West Coast Delights
Tampa and St. Pete boast an abundance of worthy new hotspots and legendary mainstays where you can eat, drink and be merry.
Being situated on our narrow Florida peninsula means you can watch the sun rise over the Atlantic while having breakfast, enjoy lunch in Orlando, then witness the green flash of sunset in the Gulf along with dinner. Indeed, just a 90-minute to two-hour drive from our city can transport you to a food-filled weekend on the West Coast, with some superb places to stay, eat and drink.
St. Pete has developed the kind of approachably upscale, food-centric atmosphere already found in Winter Park, and Orlando restaurateurs have taken notice by opening branches of Pom Pom’s Teahouse & Sandwicheria and Hawkers to compete with the Oaxacan flavors of Red Mesa and veggie haven Cider Press Cafe.
While you’re seeking out the local culinary hotspots, The Hotel Zamora (thehotelzamora.com) in St. Pete Beach is a sleek place to lay your head, a tiny gem sparkling between views of the peaceful Intracoastal Waterway and the vibrant Gulf of Mexico. The first new area hotel to be built in decades, the 72 rooms are sleek and plush, service is private resort personal, and the Castile Restaurant, led by Chef Louis Scaramuzzi, does wonders with seafood, like the yellow fin tuna poke dressed in sesame oil and crisp lotus root wafers.
Fine dining hotspot Sea Salt (seasaltstpete.com) owes its reputation to AAA Five Diamond Award-winning Venetian chef Fabrizio Aielli, who creates dishes such as hand-rolled Genoese trofie pasta and Japanese Kurobuta-style pork chop saltimbocca.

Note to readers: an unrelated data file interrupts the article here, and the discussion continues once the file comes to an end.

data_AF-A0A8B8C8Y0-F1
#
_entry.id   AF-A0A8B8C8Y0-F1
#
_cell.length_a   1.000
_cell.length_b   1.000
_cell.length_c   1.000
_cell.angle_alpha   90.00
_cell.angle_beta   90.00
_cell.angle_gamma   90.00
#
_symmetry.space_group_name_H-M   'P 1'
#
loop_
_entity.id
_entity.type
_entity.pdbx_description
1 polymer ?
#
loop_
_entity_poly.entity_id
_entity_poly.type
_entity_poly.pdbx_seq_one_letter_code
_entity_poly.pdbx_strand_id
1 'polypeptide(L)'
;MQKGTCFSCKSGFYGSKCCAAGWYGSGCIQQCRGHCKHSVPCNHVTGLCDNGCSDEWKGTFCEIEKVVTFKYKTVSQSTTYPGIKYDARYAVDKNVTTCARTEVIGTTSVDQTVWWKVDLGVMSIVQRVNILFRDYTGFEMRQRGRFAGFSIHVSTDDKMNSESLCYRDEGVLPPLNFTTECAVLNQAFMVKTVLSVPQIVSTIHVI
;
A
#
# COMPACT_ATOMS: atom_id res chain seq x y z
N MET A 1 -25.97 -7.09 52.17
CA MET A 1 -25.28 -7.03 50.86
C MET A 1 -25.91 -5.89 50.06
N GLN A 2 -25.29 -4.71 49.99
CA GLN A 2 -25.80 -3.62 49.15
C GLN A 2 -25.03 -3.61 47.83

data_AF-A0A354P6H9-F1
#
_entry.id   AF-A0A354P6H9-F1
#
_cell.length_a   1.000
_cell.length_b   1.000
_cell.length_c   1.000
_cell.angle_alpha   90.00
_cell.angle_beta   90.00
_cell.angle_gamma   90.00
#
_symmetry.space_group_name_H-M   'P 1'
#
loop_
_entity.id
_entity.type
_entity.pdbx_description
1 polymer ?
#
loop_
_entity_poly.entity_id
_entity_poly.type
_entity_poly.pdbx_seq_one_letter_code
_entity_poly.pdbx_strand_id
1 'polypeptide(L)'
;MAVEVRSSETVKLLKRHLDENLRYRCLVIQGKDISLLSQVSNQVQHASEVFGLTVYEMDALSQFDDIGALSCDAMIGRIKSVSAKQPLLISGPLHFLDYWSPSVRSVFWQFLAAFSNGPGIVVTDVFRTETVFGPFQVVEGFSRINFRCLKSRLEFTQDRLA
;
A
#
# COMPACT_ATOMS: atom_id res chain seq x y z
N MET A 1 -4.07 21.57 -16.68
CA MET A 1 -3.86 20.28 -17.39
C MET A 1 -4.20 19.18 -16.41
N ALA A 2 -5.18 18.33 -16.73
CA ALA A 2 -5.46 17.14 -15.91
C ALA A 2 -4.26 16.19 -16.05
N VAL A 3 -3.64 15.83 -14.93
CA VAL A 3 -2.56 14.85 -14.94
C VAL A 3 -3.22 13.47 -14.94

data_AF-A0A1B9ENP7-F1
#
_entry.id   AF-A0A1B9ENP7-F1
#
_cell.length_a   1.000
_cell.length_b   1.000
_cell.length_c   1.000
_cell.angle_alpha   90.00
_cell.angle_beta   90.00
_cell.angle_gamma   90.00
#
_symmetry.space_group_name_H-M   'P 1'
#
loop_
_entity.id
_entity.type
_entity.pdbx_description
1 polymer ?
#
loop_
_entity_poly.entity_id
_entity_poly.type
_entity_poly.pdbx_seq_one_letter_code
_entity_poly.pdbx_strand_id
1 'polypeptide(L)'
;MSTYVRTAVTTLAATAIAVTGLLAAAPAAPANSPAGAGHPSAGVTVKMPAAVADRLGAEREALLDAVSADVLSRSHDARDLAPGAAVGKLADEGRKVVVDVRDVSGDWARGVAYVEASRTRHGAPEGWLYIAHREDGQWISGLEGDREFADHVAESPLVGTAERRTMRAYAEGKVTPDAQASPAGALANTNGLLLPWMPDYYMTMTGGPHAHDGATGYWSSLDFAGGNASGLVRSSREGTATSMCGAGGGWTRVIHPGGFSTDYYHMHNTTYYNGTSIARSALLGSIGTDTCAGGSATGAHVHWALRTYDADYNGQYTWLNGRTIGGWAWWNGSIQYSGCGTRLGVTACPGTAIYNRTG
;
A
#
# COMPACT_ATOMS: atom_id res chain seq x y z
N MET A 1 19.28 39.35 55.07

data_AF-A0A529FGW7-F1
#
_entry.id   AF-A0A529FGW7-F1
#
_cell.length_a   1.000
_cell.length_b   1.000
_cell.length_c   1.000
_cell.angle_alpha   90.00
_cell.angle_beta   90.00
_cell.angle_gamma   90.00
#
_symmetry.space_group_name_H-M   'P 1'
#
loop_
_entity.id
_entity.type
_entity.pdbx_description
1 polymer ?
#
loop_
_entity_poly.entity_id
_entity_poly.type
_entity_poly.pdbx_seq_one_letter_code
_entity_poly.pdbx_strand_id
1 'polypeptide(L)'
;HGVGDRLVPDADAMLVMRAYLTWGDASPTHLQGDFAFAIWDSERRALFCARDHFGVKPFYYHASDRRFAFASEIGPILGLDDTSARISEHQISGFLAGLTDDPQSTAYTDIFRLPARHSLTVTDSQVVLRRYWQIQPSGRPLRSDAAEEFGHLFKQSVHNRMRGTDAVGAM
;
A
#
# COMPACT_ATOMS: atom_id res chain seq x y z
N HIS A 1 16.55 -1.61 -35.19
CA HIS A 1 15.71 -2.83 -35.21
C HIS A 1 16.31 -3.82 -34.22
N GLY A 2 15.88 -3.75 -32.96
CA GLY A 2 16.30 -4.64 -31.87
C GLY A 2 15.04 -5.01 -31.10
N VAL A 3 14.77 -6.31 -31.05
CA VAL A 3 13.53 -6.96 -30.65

Z-Grille (zgrille.net) gets its name from the James Beard Award semifinalist Zack Gross in the kitchen, and its menu from cross-cultural influences like tikka masala sea scallops, sweet potato tamale dumplings, and the Dr. Pepper fried ribs Chef Z calls “meat candy.”
The popular downtown Saturday Morning Market (saturdaymorningmarket.com) runs from early October to late May, offering a direct-to-consumer trade from the likes of The Dancing Goat “egg and milk boutique,” heirloom vegetables from Little Pond Farm and fresh catch from Fisher’s Seafoods. Its popularity has inspired a unique venture in the emerging Fourth Street North area: the Crescent Lake Market, an open-air food hall built on the bones of the old Monticello Motel, featuring cutting-edge chefs and vendors selling from the converted motel rooms.
Drinks After Dinner
In a gallery and restaurant-filled stretch of downtown’s Central Avenue, the trendy Mandarin Hide (mandarinhide.com) prides itself on a speakeasy vibe and vintage cocktails like Sazeracs and Sidecars.
The city’s Hyde Park and SoHo (South Howard Street) areas are abuzz with gorgeous Arts and Crafts homes and a burgeoning food scene. John Rivers just opened his latest 4 Rivers Smokehouse in the neighborhood, complemented by the funky Datz gastropub and treasures from the sea at Copperfish Seafood and Oyster Bar.